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known unto you, men and brethren, that through this man is preached unto you the forgiveness of sins, and by him all that believe are justified from all things, from which they could not be justified by the law of Moses.”_" This is the word of faith which we preach, that if thou shalt confess with thy mouth the Lord Jesus, and shalt believe in thine heart that God hath raised him from the dead, thou shalt be saved.” Declarations of this kind abound in the holy Scriptures, and they abundantly show that “sinners are saved by grace, through faith, and not of works, lest any man should boast;" for it is of the sovereign distinguishing grace of the Most High, that one man comes to the faith, whilst another is left in unbelief and impenitency of heart : it is of his own self-moved good pleasure that he takes out of the nations a people for his praise.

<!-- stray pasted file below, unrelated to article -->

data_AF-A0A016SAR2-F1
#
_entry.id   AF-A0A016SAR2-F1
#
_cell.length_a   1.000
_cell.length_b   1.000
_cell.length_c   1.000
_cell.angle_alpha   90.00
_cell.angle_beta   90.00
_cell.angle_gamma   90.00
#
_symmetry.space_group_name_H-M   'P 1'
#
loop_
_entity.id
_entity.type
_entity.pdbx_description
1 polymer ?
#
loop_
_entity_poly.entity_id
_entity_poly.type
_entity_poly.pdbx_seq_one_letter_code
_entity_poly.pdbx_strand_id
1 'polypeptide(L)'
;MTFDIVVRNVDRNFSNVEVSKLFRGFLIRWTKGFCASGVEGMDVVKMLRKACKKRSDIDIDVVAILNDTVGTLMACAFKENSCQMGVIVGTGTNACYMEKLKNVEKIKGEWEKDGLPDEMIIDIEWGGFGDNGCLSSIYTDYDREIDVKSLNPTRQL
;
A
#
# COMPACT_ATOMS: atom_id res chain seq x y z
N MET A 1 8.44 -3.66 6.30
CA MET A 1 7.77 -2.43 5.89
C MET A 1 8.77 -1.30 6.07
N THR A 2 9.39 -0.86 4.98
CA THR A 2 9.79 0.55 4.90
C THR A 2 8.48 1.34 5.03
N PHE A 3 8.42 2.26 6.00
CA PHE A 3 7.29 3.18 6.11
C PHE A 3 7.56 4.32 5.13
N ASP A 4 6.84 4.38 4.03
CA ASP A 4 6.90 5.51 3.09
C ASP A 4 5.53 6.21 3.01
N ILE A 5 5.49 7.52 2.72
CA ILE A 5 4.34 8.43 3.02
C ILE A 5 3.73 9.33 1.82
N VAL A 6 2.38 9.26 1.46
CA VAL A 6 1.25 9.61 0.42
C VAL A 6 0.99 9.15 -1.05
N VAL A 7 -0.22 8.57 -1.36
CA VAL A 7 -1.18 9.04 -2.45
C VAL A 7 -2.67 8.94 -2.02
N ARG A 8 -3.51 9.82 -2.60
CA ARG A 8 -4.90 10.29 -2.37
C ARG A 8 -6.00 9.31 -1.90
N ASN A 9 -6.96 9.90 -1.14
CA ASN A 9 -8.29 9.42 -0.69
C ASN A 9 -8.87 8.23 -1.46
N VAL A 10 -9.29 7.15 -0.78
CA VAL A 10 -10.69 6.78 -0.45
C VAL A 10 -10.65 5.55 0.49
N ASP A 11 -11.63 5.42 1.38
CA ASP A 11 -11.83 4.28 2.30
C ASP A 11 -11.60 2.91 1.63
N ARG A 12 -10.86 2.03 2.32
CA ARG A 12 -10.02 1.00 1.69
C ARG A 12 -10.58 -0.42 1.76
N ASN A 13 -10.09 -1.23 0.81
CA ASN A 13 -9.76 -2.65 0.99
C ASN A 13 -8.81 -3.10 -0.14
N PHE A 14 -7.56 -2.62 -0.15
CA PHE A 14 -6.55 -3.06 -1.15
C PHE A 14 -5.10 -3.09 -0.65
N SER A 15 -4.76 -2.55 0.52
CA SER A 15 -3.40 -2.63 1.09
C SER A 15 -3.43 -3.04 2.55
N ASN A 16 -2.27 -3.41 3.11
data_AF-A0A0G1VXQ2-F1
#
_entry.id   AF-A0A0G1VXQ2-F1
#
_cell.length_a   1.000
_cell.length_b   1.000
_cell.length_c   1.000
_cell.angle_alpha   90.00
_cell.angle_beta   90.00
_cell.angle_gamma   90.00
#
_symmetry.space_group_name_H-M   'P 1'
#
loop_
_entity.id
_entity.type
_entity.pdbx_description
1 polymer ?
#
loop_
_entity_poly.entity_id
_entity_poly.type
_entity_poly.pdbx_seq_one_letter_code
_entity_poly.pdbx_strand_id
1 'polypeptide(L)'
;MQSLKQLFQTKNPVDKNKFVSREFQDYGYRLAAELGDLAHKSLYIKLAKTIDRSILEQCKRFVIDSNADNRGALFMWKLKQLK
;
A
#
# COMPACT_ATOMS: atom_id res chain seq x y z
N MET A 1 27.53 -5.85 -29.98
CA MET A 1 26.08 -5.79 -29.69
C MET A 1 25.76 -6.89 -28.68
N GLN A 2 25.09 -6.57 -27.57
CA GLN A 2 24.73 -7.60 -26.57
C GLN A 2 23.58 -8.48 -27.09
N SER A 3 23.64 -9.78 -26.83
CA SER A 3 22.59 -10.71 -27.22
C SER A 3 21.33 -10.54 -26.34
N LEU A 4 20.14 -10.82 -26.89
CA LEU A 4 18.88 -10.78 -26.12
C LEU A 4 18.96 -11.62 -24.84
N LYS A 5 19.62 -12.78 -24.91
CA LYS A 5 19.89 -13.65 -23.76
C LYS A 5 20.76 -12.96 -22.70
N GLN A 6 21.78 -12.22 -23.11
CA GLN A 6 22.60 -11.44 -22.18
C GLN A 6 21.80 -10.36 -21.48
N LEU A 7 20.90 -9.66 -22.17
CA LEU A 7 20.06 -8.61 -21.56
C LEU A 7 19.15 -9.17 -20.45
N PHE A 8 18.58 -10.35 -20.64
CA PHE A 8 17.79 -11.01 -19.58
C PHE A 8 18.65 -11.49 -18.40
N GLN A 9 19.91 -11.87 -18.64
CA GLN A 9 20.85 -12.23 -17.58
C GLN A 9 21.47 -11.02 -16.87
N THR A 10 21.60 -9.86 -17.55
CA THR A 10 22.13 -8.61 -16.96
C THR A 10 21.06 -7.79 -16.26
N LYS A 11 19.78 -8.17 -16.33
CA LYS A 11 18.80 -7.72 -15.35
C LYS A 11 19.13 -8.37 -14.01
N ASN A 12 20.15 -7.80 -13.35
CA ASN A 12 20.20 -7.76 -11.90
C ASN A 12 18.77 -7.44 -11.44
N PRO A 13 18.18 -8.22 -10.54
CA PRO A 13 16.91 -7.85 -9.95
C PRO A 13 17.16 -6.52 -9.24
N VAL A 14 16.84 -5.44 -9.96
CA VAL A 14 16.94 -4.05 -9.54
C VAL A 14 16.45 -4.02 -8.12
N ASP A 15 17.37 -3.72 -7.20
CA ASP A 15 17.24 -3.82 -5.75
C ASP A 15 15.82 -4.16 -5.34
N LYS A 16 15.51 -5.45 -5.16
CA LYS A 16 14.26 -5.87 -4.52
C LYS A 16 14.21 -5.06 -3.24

The account which the inspired writers give us of the state of the human heart, before the word of the truth of the Gospel gets access into it through the power of the Spirit of God, is that it is strongly fortified by presumptuous reasonings against the knowledge of God—by culpable ignorance both of his character and of their own—by prejudices which pre-occupy the judgment, and which lead them to account the Gospel foolishness, and also by evil dispositions and worldly lusts. These are what the Scriptures call“ strong holds,” or impregnable fortresses, and they are what the apostles and first ministers of the word had to contend with in preaching the everlasting Gospel ; but they were wonderfully successful in casting them down. The weapons of their warfare were mighty to this end ; but they were mighty only through God, or the power of his Spirit. They had recourse to no carnal weapons: the power of the civil magistrate was everywhere against them; and, had the case been otherwise, they could not, consistently with the nature of their Lord's kingdom, avail themselves of it—they had no recourse to worldly motives, or inducements, to influence the minds of men, or entice them to profess Christianity. The only weapons which these heralds of salvation made use of were the doctrines and motives of the Gospel, accompanied by a corresponding conversation. They set before men their lost and undone state by nature and practice, and at the same time exhibited the full and free redemption which there is in Christ Jesus, for the very chief of sinners; and they plied both their hopes and their fears, by a consideration of the amazing grace of God on the one hand, and by the terrors of the Lord on the other; at the same time confirming their doctrine by miracles—by an appeal to numerous prophecies, now fulfilled in the coming and kingdom of the Redeemer—by the purity of their lives, and by their patient suffering for Christ's sake. But, in all the success that attended their ministry, they acknowledged the excellency of the power to be of God, and not of themselves. 'Tis he that grants to his own word the energy of “a fire, and a hammer that breaketh the rock in pieces.” The ministers of it are but as the sounding of the ram's horns at the taking of Jericho, or as the earthen pitchers which contributed to Gideon's victory, in both which instances the excellency of the power was entirely of God, and not of man. 2 Cor. iv. 7.